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22 June, 2015   |   By Douglas Kearney C.A. Investment Director   |   Investment News

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Investment View June/July 2015

The month has been dominated by two concerns that remain unresolved. As constantly stated, markets hate uncertainty and right now there is lots of uncertainty around. Over the month the FTSE 100 Index has declined to its lowest level since January and dropped to around 6650 from over 7,000 just a few weeks ago. Stocks have been depressed by a lack of progress in Greece's debt talks, which continues to unsettle investors. As I write, there is some optimism that a last gasp solution can be negotiated and UK and European markets have responded very positively with the FTSE close to 6,800. A quote from the Financial Times states “The prospects for a deal on Greece today have improved following a new plan presented by the Greek government, which makes some concessions. It has received positive responses from the French government as well as the European Commission.” The other issue that continues to trouble markets is the rise in US interest rates. Fed Chair Janet Yellen pushes us towards - 'Forget about the date of the next rate rise, focus on it being very very gradual'.  Rates aren't going to rise any time soon seems to be the message but markets are unsettled and nervy.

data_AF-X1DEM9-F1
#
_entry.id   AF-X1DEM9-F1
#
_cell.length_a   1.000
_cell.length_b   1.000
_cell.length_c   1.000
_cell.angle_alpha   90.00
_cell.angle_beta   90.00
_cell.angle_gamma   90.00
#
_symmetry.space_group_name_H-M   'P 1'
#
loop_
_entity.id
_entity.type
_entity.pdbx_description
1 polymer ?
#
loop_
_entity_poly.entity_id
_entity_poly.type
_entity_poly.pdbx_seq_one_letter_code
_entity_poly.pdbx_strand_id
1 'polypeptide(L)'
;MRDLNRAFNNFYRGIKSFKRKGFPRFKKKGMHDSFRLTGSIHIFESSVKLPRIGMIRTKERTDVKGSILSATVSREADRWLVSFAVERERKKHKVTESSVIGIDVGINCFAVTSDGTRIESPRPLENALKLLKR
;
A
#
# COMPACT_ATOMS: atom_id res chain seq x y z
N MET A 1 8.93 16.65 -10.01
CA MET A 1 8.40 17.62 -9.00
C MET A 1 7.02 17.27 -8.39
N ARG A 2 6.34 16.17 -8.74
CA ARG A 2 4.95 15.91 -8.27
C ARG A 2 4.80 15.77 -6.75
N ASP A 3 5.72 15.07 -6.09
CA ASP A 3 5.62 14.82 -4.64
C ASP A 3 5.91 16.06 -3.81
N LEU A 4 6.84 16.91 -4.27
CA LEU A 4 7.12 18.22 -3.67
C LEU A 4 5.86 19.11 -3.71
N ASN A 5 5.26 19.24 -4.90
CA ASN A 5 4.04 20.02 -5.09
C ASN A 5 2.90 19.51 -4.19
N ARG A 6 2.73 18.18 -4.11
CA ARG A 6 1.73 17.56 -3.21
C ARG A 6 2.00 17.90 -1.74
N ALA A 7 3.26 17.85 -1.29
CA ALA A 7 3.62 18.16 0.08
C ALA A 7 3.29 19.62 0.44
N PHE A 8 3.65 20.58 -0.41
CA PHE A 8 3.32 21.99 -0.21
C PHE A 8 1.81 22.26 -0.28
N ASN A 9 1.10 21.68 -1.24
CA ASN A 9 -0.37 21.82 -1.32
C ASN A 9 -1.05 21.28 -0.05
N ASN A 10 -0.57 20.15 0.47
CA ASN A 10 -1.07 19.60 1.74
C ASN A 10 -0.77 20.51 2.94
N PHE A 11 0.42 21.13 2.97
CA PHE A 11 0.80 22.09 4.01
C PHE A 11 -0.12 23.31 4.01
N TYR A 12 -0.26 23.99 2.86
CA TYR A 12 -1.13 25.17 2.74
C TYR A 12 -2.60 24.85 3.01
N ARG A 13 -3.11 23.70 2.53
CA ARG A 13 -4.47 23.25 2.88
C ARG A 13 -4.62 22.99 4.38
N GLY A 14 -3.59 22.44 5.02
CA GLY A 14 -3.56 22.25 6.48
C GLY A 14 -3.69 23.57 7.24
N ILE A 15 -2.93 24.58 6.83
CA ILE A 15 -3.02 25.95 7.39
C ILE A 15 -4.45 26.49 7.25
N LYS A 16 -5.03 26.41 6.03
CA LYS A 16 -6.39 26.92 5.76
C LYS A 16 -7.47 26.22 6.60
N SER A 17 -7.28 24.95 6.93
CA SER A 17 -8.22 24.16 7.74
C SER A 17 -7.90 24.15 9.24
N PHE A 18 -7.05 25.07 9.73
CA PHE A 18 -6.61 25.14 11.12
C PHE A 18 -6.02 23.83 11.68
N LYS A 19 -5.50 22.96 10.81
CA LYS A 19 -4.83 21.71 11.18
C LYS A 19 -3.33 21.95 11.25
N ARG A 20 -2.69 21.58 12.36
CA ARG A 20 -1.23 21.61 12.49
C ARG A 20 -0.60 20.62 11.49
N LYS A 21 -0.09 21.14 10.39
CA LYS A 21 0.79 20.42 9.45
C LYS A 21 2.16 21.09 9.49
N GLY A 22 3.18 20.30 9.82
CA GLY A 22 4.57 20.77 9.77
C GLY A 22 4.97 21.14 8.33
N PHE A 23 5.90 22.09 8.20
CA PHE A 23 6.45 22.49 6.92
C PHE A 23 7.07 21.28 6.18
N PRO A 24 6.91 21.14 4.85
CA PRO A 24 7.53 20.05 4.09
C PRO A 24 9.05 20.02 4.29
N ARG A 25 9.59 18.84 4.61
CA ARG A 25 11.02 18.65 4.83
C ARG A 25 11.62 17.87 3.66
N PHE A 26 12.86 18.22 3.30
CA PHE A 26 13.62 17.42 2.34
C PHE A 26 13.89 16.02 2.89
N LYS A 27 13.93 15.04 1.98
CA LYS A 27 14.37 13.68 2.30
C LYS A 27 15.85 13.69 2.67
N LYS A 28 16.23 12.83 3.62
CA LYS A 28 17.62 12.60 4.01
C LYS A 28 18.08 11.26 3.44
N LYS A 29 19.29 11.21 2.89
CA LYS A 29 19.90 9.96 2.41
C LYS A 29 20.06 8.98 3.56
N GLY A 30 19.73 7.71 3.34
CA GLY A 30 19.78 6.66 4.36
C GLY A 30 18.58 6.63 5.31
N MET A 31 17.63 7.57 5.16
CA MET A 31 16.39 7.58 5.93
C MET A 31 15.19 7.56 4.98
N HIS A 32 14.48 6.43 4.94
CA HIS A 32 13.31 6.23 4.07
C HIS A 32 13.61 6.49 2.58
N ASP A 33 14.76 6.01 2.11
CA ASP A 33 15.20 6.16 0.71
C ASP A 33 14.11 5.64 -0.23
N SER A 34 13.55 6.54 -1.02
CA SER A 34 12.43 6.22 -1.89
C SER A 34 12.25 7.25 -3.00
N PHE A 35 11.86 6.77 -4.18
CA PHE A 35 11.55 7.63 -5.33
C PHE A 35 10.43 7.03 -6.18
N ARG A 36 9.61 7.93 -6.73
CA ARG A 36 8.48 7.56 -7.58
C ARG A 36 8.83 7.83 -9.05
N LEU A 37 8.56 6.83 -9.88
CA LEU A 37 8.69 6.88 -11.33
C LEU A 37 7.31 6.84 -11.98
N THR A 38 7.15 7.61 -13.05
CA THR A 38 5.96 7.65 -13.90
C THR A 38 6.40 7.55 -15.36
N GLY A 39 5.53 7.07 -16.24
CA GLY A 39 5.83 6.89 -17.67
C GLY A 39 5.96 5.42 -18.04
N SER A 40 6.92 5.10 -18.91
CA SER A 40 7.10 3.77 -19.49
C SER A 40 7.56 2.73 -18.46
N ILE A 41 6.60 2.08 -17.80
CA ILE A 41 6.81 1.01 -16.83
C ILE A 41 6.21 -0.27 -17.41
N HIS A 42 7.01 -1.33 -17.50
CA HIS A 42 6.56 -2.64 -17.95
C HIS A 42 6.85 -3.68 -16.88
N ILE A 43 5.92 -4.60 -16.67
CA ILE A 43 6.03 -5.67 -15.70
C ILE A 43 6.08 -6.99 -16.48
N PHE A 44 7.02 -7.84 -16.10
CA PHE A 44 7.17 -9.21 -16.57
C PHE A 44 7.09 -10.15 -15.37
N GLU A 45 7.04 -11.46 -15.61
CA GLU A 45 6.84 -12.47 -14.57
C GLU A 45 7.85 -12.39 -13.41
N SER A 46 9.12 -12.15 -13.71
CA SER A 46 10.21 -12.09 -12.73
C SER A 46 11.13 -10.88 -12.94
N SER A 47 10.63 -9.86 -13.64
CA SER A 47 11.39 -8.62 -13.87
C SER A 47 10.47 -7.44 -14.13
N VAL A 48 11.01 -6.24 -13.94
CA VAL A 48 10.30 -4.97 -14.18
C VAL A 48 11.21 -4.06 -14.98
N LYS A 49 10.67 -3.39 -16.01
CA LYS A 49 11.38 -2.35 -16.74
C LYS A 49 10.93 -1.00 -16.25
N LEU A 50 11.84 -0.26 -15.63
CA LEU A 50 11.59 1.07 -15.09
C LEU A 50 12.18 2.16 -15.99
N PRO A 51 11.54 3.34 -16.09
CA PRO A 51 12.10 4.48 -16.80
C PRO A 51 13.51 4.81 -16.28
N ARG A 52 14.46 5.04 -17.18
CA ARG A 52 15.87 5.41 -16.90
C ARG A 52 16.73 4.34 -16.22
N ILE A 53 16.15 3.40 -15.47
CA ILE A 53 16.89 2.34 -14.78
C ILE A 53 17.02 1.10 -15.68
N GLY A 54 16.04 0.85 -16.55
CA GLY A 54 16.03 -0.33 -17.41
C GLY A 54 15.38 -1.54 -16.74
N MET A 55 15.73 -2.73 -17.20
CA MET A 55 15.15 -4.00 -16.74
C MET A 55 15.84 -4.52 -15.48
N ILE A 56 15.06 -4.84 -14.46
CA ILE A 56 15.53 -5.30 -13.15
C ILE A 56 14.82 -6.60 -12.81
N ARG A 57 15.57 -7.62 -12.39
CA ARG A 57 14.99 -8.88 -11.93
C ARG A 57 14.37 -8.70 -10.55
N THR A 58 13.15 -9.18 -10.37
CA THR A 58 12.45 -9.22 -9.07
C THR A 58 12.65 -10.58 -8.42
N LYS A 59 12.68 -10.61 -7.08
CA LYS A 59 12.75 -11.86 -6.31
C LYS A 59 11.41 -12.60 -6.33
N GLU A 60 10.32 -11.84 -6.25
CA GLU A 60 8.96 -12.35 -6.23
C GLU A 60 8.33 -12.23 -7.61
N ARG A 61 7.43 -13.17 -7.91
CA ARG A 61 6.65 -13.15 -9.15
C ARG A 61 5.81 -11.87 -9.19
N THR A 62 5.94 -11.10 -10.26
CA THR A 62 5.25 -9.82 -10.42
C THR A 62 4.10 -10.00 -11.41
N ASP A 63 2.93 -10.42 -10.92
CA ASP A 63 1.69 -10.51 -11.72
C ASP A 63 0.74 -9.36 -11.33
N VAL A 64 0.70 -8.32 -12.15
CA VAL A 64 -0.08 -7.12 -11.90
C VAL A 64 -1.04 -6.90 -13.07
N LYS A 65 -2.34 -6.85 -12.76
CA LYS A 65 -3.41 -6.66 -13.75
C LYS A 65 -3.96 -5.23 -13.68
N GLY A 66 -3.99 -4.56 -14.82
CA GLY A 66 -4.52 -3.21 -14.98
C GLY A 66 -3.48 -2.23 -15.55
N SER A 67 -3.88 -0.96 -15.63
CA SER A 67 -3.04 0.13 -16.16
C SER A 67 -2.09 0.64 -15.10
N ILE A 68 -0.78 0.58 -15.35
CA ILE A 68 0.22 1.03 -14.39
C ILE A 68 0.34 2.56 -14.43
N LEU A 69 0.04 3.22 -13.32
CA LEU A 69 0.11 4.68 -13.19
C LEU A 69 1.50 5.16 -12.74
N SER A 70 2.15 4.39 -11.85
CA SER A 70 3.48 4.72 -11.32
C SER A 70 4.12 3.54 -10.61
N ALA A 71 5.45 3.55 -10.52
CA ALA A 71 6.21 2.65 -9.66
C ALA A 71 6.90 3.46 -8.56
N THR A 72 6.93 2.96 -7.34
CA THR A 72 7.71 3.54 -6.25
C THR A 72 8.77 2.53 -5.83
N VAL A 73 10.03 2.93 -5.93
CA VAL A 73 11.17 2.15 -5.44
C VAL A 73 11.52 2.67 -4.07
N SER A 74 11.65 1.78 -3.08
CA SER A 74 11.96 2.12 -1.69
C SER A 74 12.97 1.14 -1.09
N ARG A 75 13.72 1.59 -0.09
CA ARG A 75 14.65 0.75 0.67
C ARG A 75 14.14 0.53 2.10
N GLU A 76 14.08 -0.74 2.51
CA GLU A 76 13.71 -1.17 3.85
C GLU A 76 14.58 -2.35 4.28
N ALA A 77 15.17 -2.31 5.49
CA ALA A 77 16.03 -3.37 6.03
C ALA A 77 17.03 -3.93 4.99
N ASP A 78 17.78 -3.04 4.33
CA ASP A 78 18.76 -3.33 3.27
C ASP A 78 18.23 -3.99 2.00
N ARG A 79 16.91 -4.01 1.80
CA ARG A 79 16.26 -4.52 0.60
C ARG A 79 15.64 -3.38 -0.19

The summer is frequently a jittery and volatile time in markets with historically lower trading volumes exacerbating the impact of global uncertainty. This is set against a backdrop of many investors believing that markets are in a bubble and a correction is inevitable. The saying “sell in May and go away to St Leger day (early/mid-September)” is not without some foundation, but then again the saying developed over a time when interest rates were not virtually at zero.

Both of the issues causing the greatest uncertainty are well known to markets but what is not known is the impact the outcomes may have. Interest rates will rise in the US, quantitative easing is over so what will be the result? No one can be certain as it has never happened before so the impact can only be guessed. Countries have gone bankrupt before and failed to pay their creditors but we have never had a member of the Eurozone and a currency union member fail. What will be the consequences both short term and long term? Will other countries contemplate an exit? Will there be contagion? No one has the answers and that gives rise to the uncertainty that troubles markets. A solution to allow the currency union, flawed or not, and the Eurozone to remain intact is the preferred option for most investors and us (and Governments) but a solution rather than a sticking plaster is what markets want. This issue troubled markets just under 4 years ago and we need a proper long term plan to avoid a further repeat of this saga. It is perhaps naïve to believe this as politicians want a fix now and worry about the future later- kicking the can down the street. European politicians are good at the can kicking.